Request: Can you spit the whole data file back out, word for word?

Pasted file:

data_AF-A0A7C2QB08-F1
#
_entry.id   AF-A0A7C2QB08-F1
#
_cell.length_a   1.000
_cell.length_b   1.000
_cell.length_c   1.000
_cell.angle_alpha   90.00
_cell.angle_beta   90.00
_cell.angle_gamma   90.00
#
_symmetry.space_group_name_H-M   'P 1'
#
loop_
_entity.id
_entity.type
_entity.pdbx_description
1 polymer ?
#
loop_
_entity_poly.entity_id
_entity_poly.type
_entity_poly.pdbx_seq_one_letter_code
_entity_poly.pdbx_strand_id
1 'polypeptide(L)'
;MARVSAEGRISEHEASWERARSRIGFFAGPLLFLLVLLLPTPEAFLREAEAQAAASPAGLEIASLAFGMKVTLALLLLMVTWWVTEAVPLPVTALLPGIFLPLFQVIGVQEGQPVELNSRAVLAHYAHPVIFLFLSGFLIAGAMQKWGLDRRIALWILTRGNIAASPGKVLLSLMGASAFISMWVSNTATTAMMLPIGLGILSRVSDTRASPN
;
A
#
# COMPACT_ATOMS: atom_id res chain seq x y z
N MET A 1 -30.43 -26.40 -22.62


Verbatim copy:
data_AF-A0A7C2QB08-F1
#
_entry.id   AF-A0A7C2QB08-F1
#
_cell.length_a   1.000
_cell.length_b   1.000
_cell.length_c   1.000
_cell.angle_alpha   90.00
_cell.angle_beta   90.00
_cell.angle_gamma   90.00
#
_symmetry.space_group_name_H-M   'P 1'
#
loop_
_entity.id
_entity.type
_entity.pdbx_description
1 polymer ?
#
loop_
_entity_poly.entity_id
_entity_poly.type
_entity_poly.pdbx_seq_one_letter_code
_entity_poly.pdbx_strand_id
1 'polypeptide(L)'
;MARVSAEGRISEHEASWERARSRIGFFAGPLLFLLVLLLPTPEAFLREAEAQAAASPAGLEIASLAFGMKVTLALLLLMVTWWVTEAVPLPVTALLPGIFLPLFQVIGVQEGQPVELNSRAVLAHYAHPVIFLFLSGFLIAGAMQKWGLDRRIALWILTRGNIAASPGKVLLSLMGASAFISMWVSNTATTAMMLPIGLGILSRVSDTRASPN
;
A
#
# COMPACT_ATOMS: atom_id res chain seq x y z
N MET A 1 -30.43 -26.40 -22.62